The Northern Ireland Marine Bill provides for the establishment of MCZs. Clause 12 of the Bill states that the Department may make an MCZ designation for the purpose of conservation on three grounds: marine flora or fauna; marine habitats or types of marine habitat; or features of geological or geomorphological interest. The Marine (Scotland) Act 2010 instead provides for marine protection areas (MPAs). Those can take three forms: nature and conservation MPAs, which are similar to MCZs in the Northern Ireland Bill; demonstration and research MPAs; and historic MPAs. Neither the demonstration and research MPAs nor the historic MPAs exist as categories of designation in the Northern Ireland Marine Bill.
With the exception of a specific section on licensing for electricity generating facilities, the Northern Ireland Bill does not legislate for marine licensing. However, the Scottish legislation makes its own arrangements for marine licensing similar to those in the UK Act. Those include a number of activities such as the removal and disposal of marine-dredged material, deposition of substances, coastal and marine developments and wind, wave and tidal power. There are a few other differences highlighted in the paper, but, for now, I will move on to the UK Marine and Coastal Access Act 2009.
The UK Act establishes the MMO, which is a non-departmental public body, as the responsible authority for marine planning, environmental licensing, monitoring of marine developments, management and enforcement of fisheries and nature conservation with a designation of MCZs. There are no provisions for an MMO in the Northern Ireland Marine Bill.
The UK Act contains powers for the management of fisheries, shell fisheries and commercial and recreational fishing. It establishes inshore fisheries and conservation authorities that are responsible for fisheries and nature conservation. There are no equivalent provisions for fisheries in the Northern Ireland Bill.
Under the Wildlife (Northern Ireland) Order 1985, seals are protected at all times. Chapter 2 of Part 1 of the UK Act allows for licences to kill or take seals. There are no equivalent provisions in the Northern Ireland Bill. This is not a reserved matter, as the UK Act clearly states that that provision applies to:
"the whole or any part of England or the English inshore region”.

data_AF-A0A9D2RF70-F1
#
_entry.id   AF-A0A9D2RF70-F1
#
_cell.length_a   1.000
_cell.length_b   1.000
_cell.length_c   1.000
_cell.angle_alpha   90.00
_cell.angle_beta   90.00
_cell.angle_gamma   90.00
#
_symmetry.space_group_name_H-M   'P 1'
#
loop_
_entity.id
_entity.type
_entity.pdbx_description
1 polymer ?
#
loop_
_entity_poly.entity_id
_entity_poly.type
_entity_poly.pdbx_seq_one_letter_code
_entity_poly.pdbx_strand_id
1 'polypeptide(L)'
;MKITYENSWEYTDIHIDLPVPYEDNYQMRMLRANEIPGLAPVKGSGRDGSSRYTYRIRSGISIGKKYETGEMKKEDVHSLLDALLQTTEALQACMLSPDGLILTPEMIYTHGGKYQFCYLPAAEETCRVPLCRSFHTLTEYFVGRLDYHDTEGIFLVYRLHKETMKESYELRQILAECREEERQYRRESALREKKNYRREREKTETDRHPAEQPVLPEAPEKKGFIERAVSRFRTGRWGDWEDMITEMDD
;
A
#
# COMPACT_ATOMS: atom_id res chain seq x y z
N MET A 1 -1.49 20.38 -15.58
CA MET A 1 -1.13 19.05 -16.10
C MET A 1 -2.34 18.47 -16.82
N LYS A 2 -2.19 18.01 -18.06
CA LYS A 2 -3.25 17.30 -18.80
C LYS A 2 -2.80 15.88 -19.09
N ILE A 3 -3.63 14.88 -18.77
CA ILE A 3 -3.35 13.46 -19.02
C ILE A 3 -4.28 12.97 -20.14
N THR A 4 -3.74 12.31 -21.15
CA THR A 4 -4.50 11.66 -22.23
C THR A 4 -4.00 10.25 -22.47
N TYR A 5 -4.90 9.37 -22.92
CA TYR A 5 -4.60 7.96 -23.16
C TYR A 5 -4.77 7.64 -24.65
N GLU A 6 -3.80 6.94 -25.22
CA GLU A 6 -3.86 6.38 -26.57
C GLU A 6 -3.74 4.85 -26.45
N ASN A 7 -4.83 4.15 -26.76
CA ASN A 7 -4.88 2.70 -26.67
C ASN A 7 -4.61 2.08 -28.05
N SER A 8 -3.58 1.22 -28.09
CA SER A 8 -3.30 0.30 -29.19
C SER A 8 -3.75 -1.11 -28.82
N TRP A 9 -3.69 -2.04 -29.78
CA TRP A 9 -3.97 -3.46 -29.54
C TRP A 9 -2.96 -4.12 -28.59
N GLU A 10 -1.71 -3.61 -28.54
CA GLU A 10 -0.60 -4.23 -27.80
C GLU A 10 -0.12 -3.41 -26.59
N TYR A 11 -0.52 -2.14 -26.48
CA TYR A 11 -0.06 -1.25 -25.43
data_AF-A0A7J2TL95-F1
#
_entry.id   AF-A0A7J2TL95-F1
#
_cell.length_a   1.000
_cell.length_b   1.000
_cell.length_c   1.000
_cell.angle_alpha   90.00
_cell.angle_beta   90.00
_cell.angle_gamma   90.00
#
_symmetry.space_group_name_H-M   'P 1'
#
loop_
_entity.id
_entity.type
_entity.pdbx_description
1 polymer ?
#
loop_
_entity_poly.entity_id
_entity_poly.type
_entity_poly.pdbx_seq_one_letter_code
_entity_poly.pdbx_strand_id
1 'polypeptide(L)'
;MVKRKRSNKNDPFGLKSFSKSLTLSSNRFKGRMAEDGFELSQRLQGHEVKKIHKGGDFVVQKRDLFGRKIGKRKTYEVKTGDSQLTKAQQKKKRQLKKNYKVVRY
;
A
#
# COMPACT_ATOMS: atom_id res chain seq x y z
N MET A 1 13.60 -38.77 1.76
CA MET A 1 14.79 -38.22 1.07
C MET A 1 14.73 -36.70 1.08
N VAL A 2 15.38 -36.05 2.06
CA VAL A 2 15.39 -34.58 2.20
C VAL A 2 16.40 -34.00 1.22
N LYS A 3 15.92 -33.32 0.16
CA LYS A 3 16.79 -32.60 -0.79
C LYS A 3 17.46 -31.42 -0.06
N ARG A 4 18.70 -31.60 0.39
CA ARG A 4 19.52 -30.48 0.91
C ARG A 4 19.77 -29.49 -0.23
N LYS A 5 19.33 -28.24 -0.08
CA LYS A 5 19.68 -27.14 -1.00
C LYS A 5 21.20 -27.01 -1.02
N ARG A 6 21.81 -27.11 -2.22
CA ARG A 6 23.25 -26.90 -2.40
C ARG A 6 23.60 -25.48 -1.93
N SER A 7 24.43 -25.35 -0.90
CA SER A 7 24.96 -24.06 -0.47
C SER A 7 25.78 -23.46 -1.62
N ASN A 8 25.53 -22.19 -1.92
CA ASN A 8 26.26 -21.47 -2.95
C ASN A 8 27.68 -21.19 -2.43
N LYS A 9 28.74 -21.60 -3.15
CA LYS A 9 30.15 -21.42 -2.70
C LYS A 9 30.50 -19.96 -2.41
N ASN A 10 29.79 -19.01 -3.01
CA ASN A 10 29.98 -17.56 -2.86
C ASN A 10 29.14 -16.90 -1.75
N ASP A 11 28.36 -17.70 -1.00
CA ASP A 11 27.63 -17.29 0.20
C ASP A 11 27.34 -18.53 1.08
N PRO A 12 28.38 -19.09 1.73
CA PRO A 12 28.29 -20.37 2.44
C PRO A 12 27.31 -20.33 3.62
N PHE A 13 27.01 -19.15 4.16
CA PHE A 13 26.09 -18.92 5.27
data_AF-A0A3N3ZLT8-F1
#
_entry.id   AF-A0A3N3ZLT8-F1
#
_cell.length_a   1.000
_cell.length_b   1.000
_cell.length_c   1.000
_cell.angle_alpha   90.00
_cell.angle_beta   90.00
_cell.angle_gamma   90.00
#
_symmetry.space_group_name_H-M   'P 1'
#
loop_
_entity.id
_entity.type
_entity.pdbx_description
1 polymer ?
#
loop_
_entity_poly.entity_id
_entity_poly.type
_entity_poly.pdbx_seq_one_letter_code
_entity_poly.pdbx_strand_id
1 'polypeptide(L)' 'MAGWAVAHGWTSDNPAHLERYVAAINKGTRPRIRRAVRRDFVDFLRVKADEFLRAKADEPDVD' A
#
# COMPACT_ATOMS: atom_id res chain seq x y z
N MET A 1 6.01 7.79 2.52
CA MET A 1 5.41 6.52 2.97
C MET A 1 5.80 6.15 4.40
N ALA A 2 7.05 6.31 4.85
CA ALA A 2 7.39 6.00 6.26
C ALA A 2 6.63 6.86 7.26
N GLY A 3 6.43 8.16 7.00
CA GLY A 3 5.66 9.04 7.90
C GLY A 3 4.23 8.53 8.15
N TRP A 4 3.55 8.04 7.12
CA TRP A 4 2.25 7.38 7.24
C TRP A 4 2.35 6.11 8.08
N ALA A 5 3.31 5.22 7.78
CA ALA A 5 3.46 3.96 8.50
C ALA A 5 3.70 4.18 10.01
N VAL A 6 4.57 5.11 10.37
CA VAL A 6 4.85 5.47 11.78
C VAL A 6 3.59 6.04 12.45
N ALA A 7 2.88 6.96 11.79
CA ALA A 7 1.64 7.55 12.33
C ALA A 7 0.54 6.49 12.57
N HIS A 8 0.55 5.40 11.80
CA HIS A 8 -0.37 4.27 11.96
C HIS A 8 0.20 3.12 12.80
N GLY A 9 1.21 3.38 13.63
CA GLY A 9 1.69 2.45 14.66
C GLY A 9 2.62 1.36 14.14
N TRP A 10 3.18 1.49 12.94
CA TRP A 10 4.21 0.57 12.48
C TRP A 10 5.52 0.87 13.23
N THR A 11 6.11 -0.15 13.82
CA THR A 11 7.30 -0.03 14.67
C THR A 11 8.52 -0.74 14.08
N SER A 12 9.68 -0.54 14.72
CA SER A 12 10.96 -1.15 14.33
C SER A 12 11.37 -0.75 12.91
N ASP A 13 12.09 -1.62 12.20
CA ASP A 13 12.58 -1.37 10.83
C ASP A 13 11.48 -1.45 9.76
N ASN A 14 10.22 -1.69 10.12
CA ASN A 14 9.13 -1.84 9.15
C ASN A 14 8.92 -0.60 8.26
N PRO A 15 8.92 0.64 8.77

Part 9 of the UK Act introduces new powers to extend recreational access to the English coast, and to enable the creation, as far as possible, of a continuous route around the coast that is wide enough to allow unconstrained passage on foot and recreational space. The UK Act also provides a similar provision for Wales. However, there is no provision for Northern Ireland in that Act. Provision for Northern Ireland is contained in the Access to the Countryside (Northern Ireland) Order 1982.
The marine authority in England responsible for marine planning and the development of marine plans is the independent MMO. Under the Northern Ireland Bill, the Department of the Environment will be responsible for such matters and will have to consult with all Northern Ireland Departments that have marine functions and have the final version agreed by the Secretary of State.
Under Part 2 of the Northern Ireland Bill, the validity of a marine plan can be challenged by judicial review only by the person aggrieved by it. The grounds for challenge include the plan not being within the appropriate powers or that a procedural requirement has not been complied with. Any challenges are to be brought within six weeks of the adoption of the marine plan. However, that section of the Bill has been criticised for the draconian curbs it places on the ability to seek a judicial review of a marine plan, and it puts the UK in danger of breaching its international obligations to provide access to justice in environmental matters. The provisions of this section of the Bill do not differ from those contained in Chapter 5 of Part 3 of the UK Act.
As far as archeological and historical sites are concerned, there is very little provided in the Northern Ireland Marine Bill and the UK Act to allow for the designation of MCZs due to their scientific, historical or archaeological importance. However, similar to the UK Act, reference is made in the Northern Ireland Bill to those sites in relation to the social consequences of designating a site as an MCZ.
With little provision for them in the UK Act, some sites are covered under existing legislation in the form of the Protection of Wrecks Act 1973. Sites that are landscape features, covered by the fluctuation and change of the water levels over the years are not provided for in the UK Act. However, they are provided for under the Ancient Monuments and Archeological Areas Act 1979, which specifically mentions the seabed. At the same time, the UK Act clearly states that its provisions do not extend to Northern Ireland. Existing legislation in Northern Ireland, such as the Historic Monuments and Archaeological Objects (Northern Ireland) Order 1995 fails to make any reference to the seabed or to underwater sites, monuments and objects. The UK marine policy statement takes historical and archeological sites into detailed consideration. However, that level of attention and detail does not appear to have transferred to the new Bill.